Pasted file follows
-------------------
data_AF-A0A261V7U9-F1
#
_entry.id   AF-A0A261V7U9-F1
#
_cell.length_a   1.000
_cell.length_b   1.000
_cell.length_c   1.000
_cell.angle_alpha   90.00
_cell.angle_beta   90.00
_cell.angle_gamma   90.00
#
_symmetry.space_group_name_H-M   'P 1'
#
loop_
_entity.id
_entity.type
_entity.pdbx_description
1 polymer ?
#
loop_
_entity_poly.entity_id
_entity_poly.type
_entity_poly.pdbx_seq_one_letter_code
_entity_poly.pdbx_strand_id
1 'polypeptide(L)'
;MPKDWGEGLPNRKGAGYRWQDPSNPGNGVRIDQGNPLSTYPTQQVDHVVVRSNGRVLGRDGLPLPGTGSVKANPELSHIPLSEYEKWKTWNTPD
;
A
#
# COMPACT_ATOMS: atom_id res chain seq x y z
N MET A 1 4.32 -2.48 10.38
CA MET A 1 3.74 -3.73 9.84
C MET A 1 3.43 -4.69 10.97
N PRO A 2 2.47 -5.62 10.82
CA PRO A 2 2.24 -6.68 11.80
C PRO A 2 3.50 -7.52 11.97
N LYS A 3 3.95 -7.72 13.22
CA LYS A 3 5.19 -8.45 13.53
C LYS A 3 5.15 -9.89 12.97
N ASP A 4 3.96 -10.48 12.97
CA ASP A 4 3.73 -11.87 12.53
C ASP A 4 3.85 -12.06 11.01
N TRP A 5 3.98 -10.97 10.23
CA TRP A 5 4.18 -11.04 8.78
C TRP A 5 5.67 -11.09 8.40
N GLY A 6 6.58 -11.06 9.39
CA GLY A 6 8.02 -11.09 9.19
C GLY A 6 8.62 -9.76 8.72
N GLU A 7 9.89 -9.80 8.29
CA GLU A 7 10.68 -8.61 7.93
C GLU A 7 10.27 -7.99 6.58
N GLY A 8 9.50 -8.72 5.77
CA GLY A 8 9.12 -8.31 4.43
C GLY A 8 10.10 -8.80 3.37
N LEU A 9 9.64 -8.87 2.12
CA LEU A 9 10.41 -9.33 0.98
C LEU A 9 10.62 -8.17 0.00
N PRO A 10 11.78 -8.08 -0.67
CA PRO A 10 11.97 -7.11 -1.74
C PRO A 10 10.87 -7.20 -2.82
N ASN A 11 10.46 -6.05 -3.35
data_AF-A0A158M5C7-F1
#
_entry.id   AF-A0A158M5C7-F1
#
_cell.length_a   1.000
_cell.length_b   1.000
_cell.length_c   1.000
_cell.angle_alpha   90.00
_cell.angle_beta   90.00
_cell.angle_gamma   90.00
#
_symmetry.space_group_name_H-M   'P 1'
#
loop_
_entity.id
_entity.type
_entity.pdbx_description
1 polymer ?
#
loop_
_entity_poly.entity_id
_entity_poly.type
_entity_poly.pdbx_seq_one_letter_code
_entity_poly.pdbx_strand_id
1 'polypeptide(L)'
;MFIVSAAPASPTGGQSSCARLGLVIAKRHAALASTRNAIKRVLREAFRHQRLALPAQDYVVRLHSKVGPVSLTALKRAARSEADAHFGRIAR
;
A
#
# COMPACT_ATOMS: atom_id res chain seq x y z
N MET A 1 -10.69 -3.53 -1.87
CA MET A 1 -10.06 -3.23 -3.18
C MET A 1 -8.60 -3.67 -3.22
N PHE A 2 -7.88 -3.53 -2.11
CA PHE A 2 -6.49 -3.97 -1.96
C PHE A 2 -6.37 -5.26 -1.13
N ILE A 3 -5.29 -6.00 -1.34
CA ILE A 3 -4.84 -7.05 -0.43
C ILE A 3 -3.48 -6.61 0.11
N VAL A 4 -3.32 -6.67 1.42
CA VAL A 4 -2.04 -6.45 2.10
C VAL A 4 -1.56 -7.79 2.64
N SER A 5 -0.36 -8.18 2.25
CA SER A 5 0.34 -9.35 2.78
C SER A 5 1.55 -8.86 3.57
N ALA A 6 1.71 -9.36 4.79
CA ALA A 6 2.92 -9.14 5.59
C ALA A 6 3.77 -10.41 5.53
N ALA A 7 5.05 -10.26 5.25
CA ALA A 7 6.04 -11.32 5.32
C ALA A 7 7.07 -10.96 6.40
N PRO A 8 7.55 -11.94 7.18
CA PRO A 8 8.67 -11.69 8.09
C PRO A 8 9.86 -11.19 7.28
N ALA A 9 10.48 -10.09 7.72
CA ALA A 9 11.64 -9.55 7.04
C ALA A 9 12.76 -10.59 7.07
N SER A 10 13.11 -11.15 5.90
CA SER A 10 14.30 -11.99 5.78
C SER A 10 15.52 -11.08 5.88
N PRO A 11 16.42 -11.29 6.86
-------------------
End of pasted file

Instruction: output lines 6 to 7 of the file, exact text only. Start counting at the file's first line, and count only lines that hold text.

_cell.length_b   1.000
_cell.length_c   1.000